But what about every other plastic item that ends up in your trash can on a daily basis? Plastic bags, utensils, cups, plates, wrappers, and cartons. What does it truly mean to “throw it away,” and where does it eventually end up? The answer is simple: This plastic waste is dumped in landfills towering over communities, strewn on every shoreline, and piled in heaps overseas in the backyards of island nations where it is left for them to sort. Forget recycling. The system is completely broken and hasn’t worked effectively for years. As mentioned in the recent documentary The Story Of Plastic, the lifespan of plastic is insidious. The ocean has regurgitated tons of discarded plastic waste, but that only represents a small portion of the problem.
Malaysia has been one of the biggest used plastic importers: From January to July 2018, approximately 754,000 tons of plastic waste were imported into the country. With nowhere to store all this waste, since 2017, the small town of Jenjarom has been smothered with 19,000 tons of discarded plastics.
According to the Malaysian State Council, there were soon 33 illegal plastic recycling factories in Jenjarom, which disposed of a portion of the waste through burning. Burning plastics releases dangerous chemicals, such as hydrochloric acid and sulfur dioxide, as well as particulates. These emissions are known to cause stress to human immune systems, and they’re potentially carcinogenic.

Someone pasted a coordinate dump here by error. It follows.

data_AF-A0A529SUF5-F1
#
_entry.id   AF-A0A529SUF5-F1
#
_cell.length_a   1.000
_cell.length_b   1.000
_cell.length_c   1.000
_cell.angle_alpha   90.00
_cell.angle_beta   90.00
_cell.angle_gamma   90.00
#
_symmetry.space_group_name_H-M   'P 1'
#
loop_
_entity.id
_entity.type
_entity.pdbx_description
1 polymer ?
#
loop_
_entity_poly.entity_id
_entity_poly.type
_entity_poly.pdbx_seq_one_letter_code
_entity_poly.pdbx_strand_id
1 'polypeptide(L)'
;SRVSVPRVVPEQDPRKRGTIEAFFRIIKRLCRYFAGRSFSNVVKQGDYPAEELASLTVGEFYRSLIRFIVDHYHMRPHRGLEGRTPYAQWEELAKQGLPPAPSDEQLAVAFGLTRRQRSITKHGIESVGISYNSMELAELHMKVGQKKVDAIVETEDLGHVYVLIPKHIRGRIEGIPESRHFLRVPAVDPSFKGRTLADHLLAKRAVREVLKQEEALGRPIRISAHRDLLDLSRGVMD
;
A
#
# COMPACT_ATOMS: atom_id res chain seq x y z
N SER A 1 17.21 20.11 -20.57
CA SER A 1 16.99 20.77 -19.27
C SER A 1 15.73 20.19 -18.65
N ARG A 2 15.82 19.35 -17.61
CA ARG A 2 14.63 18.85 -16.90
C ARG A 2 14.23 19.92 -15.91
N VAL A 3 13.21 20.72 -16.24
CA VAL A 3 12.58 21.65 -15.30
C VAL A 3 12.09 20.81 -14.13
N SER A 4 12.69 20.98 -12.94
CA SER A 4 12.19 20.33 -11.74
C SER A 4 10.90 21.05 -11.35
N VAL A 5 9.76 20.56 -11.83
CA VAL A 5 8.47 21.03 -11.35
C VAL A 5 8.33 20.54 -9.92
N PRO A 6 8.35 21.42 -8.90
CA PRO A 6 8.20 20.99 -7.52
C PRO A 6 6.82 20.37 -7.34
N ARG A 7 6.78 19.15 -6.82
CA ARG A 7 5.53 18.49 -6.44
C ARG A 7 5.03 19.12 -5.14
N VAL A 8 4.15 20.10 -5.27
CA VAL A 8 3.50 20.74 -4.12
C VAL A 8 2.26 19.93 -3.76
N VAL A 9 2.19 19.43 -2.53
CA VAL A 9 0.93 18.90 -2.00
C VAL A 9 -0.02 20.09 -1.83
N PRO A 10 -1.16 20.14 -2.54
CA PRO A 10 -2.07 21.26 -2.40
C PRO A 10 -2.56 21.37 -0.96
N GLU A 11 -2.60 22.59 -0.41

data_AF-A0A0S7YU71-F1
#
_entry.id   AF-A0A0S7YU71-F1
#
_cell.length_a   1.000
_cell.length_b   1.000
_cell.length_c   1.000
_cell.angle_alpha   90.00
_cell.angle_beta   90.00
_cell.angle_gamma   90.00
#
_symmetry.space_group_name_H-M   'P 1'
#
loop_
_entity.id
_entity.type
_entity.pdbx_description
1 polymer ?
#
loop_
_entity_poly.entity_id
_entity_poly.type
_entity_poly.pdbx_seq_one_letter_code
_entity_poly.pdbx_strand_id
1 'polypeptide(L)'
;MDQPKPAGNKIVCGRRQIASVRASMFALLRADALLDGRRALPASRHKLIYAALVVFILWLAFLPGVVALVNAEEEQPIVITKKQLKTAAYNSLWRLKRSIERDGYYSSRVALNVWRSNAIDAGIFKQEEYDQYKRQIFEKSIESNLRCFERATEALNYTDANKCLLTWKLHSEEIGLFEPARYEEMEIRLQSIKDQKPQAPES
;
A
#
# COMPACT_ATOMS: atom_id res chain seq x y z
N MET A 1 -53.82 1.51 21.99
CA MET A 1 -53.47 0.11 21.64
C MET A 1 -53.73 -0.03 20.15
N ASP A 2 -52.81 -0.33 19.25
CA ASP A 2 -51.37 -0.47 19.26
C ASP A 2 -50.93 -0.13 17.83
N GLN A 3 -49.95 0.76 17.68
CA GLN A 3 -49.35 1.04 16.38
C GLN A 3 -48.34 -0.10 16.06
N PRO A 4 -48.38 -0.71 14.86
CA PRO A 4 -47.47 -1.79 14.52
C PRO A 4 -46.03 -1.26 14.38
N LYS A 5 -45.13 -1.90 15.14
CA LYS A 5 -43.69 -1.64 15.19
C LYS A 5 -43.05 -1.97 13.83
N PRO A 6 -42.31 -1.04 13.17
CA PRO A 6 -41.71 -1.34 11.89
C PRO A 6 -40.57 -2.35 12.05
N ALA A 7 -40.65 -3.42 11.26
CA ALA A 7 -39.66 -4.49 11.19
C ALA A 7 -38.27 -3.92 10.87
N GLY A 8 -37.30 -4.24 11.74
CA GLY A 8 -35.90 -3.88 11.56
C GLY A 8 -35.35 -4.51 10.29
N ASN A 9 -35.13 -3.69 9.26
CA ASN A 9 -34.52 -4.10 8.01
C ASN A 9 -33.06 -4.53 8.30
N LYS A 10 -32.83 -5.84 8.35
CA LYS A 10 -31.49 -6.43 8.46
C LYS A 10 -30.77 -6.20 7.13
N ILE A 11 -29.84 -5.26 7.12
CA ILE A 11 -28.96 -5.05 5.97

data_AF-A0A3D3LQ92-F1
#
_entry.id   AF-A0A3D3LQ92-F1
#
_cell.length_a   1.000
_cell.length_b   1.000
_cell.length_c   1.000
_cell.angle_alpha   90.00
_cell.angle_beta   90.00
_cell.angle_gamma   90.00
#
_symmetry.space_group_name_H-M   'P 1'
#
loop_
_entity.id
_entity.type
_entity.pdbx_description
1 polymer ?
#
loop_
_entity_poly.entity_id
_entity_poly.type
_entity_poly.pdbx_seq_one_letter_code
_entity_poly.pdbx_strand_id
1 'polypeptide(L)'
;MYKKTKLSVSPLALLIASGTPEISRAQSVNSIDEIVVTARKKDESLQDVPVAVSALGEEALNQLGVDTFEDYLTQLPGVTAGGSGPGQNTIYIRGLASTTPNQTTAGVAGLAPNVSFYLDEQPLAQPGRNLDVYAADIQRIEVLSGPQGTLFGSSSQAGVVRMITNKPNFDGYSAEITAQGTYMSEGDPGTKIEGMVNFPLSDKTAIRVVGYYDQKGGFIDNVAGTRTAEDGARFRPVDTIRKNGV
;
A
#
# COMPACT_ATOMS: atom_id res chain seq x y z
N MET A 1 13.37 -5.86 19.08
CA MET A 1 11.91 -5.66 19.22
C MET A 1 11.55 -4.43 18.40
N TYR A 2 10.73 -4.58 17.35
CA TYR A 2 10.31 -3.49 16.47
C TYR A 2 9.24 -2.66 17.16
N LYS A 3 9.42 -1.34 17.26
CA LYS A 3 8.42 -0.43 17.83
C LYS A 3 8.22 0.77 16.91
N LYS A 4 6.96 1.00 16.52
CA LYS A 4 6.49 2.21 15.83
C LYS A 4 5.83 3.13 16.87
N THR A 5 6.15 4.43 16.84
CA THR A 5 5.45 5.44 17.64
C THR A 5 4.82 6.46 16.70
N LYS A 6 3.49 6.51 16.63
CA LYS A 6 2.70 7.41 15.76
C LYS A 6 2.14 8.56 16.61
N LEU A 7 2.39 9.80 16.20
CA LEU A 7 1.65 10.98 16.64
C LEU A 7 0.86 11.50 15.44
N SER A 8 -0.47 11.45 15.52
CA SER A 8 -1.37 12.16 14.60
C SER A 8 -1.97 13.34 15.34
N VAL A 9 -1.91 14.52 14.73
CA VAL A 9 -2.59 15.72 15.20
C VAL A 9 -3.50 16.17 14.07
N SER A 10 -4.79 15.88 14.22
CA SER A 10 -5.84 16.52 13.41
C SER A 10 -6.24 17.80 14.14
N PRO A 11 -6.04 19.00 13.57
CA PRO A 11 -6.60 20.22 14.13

The BBC has reported that residents of Jenjarom experienced skin rashes and respiratory issues. It’s a similar story for those living next to the Dandora landfill site on the outskirts of Kenya’s capital, Nairobi. Cows graze along the site, feeding on the organic waste among the plastic. These cows are often slaughtered for human consumption, and occasionally, plastic can be found in their stomachs. Ingesting microplastics leads to a variety of health problems, including reproductive harm, obesity, organ problems, and developmental delays in children.
Over seven decades ago, in 1945, the protests at Haulover Beach in Miami were a significant spark that helped set ablaze the civil rights movement. Fast-forward to 2020, and the deep wound of racial inequality must be faced and actively healed by all parties. Reconciliation and remediation will be the only ways in which we can forge a path forward. When people talk about pollution, we’re often reminded that everything is interconnected. Environmental pollution will eventually cascade back to every single human on the planet in some shape or form. However, it is crucial for us to recognize that environmental pollution disproportionately impacts BIPOC communities everywhere. Harnessing clean natural energy from wind, solar, hydro, and geothermal sources still remains the most logical and clearest solution to halt this hot mess known as climate change. With greater access to every form of clean energy combined with the wonders of human technological innovation, we have the divine opportunity to finally create the infrastructure to power our lifestyles the right way. As a single droplet of water falls from the sky and adds to a stream, that serves a river, that ends up in the sea, we as individuals can come together to create an ocean of change.